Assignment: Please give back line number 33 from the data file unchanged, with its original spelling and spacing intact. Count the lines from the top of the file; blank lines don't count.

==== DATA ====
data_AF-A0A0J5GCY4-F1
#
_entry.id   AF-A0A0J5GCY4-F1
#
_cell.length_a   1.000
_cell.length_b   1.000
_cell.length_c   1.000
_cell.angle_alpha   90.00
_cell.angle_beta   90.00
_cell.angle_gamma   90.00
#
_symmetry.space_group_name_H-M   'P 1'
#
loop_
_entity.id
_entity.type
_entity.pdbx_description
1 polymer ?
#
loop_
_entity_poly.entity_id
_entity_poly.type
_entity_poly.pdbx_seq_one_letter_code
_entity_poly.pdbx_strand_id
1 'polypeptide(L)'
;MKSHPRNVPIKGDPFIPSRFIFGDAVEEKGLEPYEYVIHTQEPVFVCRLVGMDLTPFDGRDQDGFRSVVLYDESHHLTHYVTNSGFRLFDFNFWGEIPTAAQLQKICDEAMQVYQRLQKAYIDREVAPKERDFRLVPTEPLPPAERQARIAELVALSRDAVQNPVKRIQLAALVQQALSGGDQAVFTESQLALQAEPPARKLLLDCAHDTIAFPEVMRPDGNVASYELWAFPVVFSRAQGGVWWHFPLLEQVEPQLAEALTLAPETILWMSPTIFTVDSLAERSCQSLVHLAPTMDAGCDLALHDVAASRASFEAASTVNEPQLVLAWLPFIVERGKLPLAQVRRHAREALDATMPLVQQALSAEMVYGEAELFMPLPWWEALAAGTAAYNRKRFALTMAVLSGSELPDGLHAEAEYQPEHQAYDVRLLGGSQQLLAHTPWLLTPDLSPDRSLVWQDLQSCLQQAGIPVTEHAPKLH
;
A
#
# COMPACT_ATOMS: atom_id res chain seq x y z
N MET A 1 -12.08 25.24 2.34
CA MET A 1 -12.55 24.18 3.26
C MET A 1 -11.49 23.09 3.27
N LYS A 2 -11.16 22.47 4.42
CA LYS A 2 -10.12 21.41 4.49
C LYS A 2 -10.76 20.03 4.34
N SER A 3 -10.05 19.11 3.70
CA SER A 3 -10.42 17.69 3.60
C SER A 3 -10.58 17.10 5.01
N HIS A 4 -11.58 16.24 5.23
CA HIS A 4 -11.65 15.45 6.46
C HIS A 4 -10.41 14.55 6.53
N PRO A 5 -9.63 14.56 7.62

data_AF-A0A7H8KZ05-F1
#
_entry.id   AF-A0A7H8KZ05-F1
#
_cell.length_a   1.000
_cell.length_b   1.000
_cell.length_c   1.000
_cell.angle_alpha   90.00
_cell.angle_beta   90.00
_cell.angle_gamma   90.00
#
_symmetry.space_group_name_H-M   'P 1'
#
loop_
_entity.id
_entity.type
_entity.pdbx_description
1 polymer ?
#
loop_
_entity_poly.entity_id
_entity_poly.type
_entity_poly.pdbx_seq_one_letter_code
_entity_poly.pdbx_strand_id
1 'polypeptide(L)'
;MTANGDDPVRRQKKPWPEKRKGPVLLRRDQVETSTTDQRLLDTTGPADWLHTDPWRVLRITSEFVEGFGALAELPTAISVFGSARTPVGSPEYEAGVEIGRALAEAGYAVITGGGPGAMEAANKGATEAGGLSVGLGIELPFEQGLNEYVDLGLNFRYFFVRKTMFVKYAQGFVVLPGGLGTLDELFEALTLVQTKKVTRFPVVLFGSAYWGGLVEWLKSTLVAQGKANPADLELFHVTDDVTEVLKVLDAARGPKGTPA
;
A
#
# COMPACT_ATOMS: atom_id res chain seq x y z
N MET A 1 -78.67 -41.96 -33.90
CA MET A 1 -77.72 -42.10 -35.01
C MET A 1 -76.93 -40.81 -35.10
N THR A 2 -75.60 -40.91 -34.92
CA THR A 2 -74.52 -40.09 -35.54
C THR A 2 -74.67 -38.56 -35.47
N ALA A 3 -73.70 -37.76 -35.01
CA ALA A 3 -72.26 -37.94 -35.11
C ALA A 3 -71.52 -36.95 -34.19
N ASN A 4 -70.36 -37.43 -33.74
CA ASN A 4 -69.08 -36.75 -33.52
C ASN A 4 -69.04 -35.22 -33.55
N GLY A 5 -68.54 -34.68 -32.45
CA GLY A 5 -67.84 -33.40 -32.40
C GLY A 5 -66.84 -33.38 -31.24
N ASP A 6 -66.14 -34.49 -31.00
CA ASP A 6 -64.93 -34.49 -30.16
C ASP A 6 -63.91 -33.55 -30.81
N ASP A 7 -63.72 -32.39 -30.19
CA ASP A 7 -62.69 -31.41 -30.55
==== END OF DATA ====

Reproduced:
C MET A 1 -11.49 23.09 3.27